Sunday 4th October 2020
A man had a fig-tree…
Some of the nation’s favourite TV shows are traditionally on at autumn time: Strictly Come Dancing, the X factor, the Apprentice…Millions of viewers tuning in week by week and the fascination? Certainly, there’s the dancing, the singing and the outfits, but for many people, it’s the thought and the anticipation of week by week, the judges’ verdict, and the question of, ‘who will face the axe?’ It’s judgement the nation loves – as the contestants’ performances are scored, as they sweat beneath the lights, we watch and wait, leaning forward in our seats, waiting for the moment – where will the axe fall, who’s going home, who’s fired?
Today, at this time of harvest, we ponder another of Jesus’ parables. It’s a short parable, just a few intriguing verses with much to teach us, and one of the things it teaches concerns judgment, the falling of the axe….but there is much more here, for in the parable of the barren fig-tree, yes we find judgement, but even more so we find grace, the wonderful grace of our amazing, patient, loving God.
Before we ponder this parable together, let’s pray: Heavenly Father, we bless and thank You for the gift of Your Word. Open our hearts to all You would say to us – may we be challenged, strengthened, and encouraged as we ponder Your truth, in Jesus’ name, Amen.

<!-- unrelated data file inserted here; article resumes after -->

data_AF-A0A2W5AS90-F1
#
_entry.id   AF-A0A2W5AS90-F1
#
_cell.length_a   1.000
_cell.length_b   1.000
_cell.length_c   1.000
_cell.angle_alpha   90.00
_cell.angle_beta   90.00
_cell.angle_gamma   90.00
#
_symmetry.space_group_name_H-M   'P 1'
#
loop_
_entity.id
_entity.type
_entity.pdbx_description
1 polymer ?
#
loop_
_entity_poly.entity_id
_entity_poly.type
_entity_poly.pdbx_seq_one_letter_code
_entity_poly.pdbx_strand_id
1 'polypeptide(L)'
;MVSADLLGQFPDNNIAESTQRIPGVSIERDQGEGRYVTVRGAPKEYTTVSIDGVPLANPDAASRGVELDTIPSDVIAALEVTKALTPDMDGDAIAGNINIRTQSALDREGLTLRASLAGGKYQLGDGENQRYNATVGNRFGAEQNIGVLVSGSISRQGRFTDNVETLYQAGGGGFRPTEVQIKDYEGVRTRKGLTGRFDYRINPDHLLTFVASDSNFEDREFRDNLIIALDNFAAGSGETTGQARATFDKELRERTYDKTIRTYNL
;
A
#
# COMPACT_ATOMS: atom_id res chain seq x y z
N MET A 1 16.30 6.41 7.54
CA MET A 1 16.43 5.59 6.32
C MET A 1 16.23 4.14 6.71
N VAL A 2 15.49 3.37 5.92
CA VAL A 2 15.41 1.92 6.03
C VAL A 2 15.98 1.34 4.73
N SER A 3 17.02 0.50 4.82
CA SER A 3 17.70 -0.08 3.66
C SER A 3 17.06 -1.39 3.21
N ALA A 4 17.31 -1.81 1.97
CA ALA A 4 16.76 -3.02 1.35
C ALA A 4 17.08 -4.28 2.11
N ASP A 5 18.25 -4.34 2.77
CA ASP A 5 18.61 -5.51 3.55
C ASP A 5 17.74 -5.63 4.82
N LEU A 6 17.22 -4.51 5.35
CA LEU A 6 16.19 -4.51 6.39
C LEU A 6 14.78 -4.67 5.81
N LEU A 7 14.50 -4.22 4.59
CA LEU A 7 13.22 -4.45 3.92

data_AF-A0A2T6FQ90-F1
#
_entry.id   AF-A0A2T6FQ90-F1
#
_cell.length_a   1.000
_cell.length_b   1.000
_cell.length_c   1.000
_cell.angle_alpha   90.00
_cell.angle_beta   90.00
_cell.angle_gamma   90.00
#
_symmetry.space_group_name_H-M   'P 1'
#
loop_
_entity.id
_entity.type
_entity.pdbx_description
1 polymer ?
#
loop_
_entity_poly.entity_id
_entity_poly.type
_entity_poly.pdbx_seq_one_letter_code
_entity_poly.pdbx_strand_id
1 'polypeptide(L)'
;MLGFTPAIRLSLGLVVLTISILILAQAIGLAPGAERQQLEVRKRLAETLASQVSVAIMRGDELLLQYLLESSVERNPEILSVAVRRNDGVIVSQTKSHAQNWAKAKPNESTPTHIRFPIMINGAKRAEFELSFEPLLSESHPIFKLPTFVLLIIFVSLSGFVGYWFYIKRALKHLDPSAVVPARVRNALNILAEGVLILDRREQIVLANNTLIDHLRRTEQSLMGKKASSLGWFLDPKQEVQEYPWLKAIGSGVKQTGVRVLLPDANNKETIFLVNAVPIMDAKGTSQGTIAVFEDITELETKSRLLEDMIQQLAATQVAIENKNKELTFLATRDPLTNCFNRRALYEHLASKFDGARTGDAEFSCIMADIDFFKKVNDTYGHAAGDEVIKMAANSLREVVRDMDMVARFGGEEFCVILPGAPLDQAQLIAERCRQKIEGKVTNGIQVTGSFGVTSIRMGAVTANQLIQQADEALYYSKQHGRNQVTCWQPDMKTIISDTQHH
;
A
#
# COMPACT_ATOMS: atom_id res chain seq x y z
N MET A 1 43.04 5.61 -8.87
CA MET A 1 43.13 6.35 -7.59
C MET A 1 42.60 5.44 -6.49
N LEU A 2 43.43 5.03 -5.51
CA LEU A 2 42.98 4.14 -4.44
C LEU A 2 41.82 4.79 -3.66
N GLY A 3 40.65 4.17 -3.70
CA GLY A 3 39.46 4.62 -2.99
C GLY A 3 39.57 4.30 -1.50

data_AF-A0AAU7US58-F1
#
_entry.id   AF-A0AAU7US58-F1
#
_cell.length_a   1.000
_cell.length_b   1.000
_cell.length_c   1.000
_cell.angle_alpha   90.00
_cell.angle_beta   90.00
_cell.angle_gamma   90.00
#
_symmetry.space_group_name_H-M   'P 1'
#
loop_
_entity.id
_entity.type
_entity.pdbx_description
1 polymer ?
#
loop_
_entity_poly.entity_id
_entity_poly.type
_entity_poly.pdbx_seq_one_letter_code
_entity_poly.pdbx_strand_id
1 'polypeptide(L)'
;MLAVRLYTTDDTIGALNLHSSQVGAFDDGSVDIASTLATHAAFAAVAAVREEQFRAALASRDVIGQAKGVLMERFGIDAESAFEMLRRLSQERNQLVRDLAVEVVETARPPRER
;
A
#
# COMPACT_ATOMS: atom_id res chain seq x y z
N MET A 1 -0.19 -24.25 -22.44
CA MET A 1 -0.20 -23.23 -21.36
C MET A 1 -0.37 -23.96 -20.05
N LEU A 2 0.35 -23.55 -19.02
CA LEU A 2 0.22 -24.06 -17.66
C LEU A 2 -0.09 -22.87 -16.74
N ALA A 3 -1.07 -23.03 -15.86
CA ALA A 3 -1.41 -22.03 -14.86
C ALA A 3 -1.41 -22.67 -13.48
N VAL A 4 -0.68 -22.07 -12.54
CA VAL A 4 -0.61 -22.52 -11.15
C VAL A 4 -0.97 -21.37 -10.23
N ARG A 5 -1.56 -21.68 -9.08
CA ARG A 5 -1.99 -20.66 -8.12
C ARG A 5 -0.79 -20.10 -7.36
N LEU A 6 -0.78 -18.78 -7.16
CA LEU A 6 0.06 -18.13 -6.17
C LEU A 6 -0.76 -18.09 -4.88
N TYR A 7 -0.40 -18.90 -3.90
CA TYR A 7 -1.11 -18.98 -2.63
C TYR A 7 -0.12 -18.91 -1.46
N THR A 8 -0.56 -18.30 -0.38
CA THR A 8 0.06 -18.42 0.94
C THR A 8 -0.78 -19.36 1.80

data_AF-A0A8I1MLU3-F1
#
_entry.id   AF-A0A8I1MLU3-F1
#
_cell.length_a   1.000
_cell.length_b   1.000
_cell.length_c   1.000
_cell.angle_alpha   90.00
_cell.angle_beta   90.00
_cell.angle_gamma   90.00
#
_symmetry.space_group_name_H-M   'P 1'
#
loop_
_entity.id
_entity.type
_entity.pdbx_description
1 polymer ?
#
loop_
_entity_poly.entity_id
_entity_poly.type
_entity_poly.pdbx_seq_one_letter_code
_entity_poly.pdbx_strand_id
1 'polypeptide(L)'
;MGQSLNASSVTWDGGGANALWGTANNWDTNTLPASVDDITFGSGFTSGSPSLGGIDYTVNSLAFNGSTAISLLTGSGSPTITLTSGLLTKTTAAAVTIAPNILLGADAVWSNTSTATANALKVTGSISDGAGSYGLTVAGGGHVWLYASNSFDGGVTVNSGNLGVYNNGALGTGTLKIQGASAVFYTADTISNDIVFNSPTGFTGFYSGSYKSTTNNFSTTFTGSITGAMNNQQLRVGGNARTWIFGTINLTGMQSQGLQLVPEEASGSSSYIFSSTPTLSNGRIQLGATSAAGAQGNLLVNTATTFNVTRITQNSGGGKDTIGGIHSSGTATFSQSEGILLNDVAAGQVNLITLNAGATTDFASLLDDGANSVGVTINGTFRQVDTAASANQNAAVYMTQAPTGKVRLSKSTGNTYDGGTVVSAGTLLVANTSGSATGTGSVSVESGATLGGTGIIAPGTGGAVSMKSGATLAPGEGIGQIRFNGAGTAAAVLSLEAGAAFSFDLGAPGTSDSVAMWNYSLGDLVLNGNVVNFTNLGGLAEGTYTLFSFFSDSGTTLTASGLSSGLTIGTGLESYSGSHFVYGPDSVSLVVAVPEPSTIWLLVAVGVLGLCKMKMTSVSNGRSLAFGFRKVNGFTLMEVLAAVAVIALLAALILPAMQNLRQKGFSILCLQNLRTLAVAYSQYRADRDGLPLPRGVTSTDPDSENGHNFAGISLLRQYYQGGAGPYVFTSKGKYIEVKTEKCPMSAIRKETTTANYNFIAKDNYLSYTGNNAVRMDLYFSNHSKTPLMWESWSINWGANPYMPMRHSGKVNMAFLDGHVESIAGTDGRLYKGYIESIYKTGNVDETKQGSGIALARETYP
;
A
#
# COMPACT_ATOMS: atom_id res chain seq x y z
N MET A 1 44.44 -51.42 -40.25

Judgement – the world is full of it. But what does Jesus say? What does Jesus teach?
Jesus was well known for His quiet, patient way of doing things; we know this from other parables in which He spoke of things like yeast and seeds and salt….And Jesus never seemed to be rushed or in a hurry….He always had time for that teaching opportunity, that story to tell, that question that needed answering, that person who needed a word of encouragement or challenge…and so also with this parable of the barren fig-tree in which Jesus speaks through one of its characters as if saying, “Hold on. Not so fast before you swing that axe of judgement. Give things more time. Some tender loving care is called for.”
The parable begins, as Jesus’ stories so often did, with the everyday, with a simple, familiar image: ‘A man had a fig tree, planted it in his vineyard, and went to look for fruit on it…’ It all sounds quite idyllic, doesn’t it? You can almost see this landowner, strolling around his property on a warm, sunny morning, inspecting his fruit trees, but then quite suddenly the story take a bad turn as Jesus adds a jarring note: for there is no fruit on one particular tree, in fact for three years there has been none and the verdict? This tree is nothing but a disappointment! ‘Cut it down! Why should it use up the soil! Why waste good ground on it!’